Today's Supreme Court has not only reaffirmed that principle -- or lack of principle -- but also, by striking down a companion case involving undergraduate admissions, added that you can't blatantly award points for race. That would be giving the game away so obviously that even the great unwashed masses would see what you are doing.
Racial preferences and quotas are favored by what Justice Clarence Thomas' dissent called "the know-it-all elites." It has become a badge of their identity and what its actual consequences are for others in the real world is of no real interest to them. Justice Thomas is unimpressed by the endlessly repeated mantra of "diversity," which to him is just "a fashionable catch-phrase."
Far from buying Justice O'Connor's many reiterations of claims for its educational benefits, Justice Thomas cited empirical studies indicating that the much vaunted diversity "actually impairs leaning among black students."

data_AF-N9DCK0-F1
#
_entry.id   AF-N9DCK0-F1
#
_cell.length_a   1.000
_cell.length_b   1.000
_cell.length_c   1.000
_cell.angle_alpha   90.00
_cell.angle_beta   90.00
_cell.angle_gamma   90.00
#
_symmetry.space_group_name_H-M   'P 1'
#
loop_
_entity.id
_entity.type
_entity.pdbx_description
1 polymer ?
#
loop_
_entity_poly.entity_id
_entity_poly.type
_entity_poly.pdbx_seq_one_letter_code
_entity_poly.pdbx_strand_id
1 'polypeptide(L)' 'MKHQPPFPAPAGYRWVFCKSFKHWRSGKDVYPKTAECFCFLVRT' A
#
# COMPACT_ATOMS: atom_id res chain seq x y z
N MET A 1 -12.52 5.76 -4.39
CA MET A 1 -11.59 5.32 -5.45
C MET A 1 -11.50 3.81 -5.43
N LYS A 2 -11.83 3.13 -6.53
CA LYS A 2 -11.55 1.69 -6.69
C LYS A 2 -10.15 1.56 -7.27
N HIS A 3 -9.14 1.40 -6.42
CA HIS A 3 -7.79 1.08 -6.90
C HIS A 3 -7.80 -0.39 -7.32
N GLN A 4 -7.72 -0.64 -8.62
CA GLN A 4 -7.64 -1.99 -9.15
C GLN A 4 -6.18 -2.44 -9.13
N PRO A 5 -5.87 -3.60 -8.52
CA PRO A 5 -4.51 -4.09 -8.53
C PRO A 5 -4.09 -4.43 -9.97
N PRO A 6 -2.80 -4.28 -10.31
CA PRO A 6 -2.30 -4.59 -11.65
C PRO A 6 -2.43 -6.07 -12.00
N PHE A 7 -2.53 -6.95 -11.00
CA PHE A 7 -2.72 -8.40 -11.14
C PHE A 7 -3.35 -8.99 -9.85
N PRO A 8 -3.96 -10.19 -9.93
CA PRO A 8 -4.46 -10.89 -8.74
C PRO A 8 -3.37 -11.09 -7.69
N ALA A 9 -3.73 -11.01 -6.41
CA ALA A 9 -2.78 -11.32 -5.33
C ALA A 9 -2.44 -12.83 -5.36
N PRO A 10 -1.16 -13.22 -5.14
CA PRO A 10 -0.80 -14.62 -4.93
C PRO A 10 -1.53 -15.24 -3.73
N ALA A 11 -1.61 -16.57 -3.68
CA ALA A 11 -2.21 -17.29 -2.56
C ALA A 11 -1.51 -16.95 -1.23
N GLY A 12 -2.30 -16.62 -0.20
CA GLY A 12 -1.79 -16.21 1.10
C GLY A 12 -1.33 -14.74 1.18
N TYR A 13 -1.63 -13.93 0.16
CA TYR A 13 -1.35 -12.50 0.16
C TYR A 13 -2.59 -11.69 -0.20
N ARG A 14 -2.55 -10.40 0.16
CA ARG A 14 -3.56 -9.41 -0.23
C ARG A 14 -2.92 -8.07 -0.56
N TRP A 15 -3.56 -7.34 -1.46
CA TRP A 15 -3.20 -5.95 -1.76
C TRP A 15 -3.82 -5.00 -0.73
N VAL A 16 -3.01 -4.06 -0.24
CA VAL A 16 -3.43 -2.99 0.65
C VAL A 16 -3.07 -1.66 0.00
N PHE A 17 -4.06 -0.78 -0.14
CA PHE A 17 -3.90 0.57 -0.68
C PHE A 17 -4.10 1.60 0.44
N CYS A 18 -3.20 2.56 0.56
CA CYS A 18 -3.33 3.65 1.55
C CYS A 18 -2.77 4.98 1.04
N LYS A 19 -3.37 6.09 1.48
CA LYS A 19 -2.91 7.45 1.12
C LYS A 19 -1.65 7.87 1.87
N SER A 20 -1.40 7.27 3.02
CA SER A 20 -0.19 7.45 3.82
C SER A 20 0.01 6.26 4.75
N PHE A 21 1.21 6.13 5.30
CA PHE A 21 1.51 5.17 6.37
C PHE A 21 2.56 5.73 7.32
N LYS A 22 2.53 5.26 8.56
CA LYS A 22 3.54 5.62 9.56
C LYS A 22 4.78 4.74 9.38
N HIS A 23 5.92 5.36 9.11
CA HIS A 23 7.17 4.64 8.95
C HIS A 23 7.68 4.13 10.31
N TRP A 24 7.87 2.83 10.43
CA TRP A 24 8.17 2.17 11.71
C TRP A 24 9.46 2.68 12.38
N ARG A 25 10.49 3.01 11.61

No one epitomizes the know-it-all-elites more than the New York Times, whose front-page story by Linda Greenhouse refers to "the broad societal consensus in favor of affirmative action in higher education," despite polls which have repeatedly shown the public's grave misgivings about racial quotas and preferences.
Justice Thomas' devastating dissent is deftly evaded by Ms. Greenhouse, who says that he "took as his text not the briefs but his own life story."
If you want to find out whether you can rely on what the New York Times says, now that Jayson Blair is gone, read Justice Thomas' dissent for yourself and see if you can find anything there that would lead you to believe that it was about his own life story.